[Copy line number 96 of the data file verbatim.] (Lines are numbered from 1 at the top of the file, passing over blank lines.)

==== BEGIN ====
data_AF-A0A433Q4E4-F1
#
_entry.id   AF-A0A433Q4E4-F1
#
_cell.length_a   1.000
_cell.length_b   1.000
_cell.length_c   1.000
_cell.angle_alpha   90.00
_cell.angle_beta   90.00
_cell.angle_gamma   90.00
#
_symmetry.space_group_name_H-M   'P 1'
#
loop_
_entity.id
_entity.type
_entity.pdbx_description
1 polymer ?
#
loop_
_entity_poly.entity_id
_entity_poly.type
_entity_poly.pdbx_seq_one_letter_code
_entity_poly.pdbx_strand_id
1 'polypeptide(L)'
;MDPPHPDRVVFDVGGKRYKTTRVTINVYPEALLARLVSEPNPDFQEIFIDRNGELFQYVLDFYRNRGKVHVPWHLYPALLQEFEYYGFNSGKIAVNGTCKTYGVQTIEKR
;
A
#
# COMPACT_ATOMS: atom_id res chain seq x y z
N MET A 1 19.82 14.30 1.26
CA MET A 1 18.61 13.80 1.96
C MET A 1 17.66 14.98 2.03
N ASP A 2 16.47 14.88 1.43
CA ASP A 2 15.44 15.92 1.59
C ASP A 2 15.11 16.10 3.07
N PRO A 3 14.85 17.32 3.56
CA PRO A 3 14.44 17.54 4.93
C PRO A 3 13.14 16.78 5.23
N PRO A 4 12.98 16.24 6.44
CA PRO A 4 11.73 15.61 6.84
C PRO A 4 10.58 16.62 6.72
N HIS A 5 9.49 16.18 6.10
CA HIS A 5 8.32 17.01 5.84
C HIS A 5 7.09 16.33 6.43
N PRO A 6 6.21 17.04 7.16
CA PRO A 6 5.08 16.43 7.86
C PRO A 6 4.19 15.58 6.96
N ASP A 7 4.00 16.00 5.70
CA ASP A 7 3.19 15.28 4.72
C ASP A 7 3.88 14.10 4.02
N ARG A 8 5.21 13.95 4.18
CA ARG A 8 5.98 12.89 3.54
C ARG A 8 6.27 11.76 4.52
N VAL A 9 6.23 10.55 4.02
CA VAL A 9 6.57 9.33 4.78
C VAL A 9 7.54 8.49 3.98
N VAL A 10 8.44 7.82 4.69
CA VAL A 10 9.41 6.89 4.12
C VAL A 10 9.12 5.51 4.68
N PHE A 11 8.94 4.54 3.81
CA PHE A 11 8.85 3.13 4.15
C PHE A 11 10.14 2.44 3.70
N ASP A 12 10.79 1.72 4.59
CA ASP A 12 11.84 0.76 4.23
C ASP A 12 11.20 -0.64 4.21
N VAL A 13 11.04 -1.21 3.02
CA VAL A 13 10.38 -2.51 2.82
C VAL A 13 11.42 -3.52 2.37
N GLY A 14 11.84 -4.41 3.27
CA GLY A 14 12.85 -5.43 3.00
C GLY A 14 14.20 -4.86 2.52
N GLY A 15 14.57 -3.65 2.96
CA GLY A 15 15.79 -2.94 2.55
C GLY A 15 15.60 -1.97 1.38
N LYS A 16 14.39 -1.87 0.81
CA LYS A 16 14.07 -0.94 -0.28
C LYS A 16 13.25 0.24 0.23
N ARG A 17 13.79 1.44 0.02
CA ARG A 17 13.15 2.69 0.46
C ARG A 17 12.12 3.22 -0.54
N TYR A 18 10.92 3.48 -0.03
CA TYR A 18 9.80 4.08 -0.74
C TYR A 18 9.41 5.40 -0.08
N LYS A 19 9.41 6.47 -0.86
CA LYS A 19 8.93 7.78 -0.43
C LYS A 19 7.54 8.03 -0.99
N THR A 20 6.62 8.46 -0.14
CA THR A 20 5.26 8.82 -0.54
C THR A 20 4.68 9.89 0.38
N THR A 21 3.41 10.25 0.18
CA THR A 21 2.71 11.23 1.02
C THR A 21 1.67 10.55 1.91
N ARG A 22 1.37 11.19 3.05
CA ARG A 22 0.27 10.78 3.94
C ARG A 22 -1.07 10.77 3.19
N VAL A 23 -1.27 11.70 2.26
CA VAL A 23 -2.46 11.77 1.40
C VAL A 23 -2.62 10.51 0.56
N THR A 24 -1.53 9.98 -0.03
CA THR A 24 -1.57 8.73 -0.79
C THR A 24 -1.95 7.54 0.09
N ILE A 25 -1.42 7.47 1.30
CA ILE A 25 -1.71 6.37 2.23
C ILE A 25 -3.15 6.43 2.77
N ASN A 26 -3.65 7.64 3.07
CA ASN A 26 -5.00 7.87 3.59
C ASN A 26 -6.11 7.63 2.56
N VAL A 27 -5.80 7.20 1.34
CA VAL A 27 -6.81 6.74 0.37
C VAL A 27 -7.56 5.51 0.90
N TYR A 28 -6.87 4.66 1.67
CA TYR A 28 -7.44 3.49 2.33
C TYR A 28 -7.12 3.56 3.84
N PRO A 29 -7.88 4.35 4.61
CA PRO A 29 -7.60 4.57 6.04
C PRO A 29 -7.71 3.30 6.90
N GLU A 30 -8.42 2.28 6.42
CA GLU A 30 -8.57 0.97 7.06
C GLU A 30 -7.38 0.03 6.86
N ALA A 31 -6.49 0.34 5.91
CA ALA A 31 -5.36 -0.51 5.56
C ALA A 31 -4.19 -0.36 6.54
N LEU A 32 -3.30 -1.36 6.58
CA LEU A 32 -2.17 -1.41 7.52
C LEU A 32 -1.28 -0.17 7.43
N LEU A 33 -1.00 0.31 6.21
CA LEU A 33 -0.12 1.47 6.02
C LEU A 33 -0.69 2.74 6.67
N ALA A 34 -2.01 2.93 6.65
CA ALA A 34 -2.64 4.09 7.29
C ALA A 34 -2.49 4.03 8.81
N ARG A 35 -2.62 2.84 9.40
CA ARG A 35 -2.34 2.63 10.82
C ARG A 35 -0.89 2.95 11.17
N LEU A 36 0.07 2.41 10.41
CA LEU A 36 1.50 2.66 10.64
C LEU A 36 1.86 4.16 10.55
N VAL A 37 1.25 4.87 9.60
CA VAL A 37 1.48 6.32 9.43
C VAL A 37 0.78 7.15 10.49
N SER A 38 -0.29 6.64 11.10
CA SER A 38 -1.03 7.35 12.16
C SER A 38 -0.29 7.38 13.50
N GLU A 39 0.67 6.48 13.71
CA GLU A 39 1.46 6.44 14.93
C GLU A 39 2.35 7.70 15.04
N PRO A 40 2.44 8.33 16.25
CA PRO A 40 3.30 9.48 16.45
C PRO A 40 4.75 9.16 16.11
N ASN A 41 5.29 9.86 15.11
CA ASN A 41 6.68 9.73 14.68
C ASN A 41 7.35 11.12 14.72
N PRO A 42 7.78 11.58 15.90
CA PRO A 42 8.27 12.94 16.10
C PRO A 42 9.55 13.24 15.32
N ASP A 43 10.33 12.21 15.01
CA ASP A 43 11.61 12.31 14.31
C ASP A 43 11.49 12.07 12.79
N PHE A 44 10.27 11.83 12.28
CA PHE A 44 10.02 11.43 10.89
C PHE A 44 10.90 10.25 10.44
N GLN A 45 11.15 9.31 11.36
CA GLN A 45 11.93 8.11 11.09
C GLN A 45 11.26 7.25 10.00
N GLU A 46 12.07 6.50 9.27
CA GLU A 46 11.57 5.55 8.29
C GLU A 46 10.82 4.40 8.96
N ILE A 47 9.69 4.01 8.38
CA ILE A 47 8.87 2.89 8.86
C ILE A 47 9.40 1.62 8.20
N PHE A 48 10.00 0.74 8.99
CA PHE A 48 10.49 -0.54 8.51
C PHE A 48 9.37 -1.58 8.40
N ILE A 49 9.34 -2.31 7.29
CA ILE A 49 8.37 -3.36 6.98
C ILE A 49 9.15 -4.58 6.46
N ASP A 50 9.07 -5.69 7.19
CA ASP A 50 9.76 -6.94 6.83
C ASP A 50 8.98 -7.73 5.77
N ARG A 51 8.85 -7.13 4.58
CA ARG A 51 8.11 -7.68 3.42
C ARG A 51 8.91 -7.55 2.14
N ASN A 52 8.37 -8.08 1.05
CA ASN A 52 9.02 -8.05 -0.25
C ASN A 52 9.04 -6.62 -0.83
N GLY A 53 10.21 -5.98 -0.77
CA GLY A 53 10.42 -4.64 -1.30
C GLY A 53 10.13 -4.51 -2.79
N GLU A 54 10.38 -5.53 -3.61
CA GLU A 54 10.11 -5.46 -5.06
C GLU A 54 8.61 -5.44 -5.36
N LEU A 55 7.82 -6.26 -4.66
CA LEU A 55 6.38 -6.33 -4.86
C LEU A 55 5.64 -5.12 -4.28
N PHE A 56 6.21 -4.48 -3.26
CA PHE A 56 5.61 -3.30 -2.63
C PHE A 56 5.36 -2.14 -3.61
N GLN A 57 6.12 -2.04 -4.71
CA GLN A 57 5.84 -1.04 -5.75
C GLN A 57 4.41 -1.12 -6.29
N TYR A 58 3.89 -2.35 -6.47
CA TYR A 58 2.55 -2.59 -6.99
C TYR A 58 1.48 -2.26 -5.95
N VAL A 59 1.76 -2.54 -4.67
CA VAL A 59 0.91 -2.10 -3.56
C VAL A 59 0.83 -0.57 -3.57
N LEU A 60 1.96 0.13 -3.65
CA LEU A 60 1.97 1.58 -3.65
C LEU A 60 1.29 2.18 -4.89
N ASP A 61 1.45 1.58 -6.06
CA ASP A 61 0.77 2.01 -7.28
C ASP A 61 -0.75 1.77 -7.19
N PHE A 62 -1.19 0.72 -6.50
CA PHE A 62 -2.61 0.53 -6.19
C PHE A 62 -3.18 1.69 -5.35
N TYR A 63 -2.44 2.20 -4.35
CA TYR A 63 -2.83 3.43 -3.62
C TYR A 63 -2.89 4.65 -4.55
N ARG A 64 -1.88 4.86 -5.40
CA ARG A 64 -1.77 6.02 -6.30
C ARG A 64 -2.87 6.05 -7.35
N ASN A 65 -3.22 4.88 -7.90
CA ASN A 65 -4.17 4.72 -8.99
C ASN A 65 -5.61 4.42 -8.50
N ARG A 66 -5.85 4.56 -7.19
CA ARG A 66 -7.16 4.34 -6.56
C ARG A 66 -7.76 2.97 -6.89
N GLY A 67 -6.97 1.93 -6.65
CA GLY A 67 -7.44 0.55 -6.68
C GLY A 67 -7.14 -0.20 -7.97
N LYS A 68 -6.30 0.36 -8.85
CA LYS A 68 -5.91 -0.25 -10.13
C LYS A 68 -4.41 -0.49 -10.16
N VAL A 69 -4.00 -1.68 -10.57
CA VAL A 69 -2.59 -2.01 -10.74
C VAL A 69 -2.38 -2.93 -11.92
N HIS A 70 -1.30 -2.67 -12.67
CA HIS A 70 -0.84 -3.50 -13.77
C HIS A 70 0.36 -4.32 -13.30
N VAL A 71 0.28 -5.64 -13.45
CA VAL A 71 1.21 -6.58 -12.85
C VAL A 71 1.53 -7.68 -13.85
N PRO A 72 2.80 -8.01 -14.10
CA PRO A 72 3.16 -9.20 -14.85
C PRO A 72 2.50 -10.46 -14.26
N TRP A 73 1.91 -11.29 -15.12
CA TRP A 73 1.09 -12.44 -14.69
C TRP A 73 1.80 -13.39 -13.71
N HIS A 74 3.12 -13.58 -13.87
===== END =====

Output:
C ARG A 22 -1.07 10.77 3.19